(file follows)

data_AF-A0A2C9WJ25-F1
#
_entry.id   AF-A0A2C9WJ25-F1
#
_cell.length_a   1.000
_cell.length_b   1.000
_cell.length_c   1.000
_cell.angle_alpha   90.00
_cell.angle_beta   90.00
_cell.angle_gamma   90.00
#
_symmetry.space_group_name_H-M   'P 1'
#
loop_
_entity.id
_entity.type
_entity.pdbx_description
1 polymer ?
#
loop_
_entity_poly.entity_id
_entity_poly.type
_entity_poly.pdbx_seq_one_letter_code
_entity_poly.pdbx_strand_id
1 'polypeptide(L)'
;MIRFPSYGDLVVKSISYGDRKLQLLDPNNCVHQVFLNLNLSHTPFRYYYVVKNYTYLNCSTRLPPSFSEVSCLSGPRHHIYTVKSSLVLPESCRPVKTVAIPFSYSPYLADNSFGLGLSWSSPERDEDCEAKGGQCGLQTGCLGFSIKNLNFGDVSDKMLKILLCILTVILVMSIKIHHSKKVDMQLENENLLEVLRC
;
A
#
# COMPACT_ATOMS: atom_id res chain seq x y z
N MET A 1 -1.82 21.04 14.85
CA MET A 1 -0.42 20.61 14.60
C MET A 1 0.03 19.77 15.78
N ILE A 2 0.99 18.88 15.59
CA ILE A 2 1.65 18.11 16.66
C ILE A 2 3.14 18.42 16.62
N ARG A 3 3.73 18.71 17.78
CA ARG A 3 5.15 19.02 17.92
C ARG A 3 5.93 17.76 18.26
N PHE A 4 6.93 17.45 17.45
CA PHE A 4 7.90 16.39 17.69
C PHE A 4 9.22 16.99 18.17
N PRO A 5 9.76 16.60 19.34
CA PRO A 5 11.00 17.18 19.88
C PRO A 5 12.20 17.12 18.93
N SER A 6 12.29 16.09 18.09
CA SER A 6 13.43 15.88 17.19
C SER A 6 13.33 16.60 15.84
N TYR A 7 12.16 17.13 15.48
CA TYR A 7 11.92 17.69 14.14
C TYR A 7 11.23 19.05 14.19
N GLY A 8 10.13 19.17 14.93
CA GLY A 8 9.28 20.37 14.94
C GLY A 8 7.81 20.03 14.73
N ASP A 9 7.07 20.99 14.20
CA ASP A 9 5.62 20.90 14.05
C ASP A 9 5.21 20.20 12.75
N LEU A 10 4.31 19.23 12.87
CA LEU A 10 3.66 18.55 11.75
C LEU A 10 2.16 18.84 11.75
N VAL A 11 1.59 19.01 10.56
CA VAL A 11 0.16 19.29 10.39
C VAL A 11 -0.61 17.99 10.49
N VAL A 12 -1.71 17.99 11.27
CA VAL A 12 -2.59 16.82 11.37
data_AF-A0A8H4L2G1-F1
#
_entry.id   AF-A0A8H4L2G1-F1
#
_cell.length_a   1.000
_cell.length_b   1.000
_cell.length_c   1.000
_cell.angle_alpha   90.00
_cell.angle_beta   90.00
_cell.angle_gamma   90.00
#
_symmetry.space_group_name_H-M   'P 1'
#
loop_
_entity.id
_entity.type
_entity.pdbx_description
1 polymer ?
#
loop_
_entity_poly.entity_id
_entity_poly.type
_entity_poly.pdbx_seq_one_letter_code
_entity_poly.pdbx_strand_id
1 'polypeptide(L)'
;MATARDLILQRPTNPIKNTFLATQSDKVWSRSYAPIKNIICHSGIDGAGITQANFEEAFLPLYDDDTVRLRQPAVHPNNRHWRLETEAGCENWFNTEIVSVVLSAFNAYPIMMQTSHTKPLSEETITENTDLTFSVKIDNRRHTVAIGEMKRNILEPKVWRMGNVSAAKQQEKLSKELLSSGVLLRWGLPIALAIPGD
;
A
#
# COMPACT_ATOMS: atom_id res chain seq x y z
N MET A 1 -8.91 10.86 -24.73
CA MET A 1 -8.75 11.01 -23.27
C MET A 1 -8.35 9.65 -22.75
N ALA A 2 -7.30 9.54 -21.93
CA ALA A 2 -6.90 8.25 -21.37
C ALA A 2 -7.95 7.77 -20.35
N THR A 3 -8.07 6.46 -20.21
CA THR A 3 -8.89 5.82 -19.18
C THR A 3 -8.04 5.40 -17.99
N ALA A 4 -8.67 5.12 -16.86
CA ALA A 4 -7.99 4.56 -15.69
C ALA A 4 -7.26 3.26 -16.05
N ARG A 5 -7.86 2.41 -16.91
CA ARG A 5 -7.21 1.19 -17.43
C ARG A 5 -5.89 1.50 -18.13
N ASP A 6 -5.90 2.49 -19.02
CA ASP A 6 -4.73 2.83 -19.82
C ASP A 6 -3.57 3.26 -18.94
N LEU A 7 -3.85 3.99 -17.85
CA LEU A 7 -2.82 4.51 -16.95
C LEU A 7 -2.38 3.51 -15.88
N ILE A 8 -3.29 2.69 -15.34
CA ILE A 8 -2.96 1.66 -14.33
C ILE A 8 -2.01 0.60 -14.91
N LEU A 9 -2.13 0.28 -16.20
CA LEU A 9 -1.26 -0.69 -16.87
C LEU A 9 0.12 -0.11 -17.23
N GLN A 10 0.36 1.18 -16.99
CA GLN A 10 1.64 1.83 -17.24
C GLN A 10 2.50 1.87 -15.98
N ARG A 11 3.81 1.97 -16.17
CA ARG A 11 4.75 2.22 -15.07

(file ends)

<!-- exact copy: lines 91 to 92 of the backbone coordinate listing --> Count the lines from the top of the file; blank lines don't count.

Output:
;MATARDLILQRPTNPIKNTFLATQSDKVWSRSYAPIKNIICHSGIDGAGITQANFEEAFLPLYDDDTVRLRQPAVHPNNRHWRLETEAGCENWFNTEIVSVVLSAFNAYPIMMQTSHTKPLSEETITENTDLTFSVKIDNRRHTVAIGEMKRNILEPKVWRMGNVSAAKQQEKLSKELLSSGVLLRWGLPIALAIPGD
;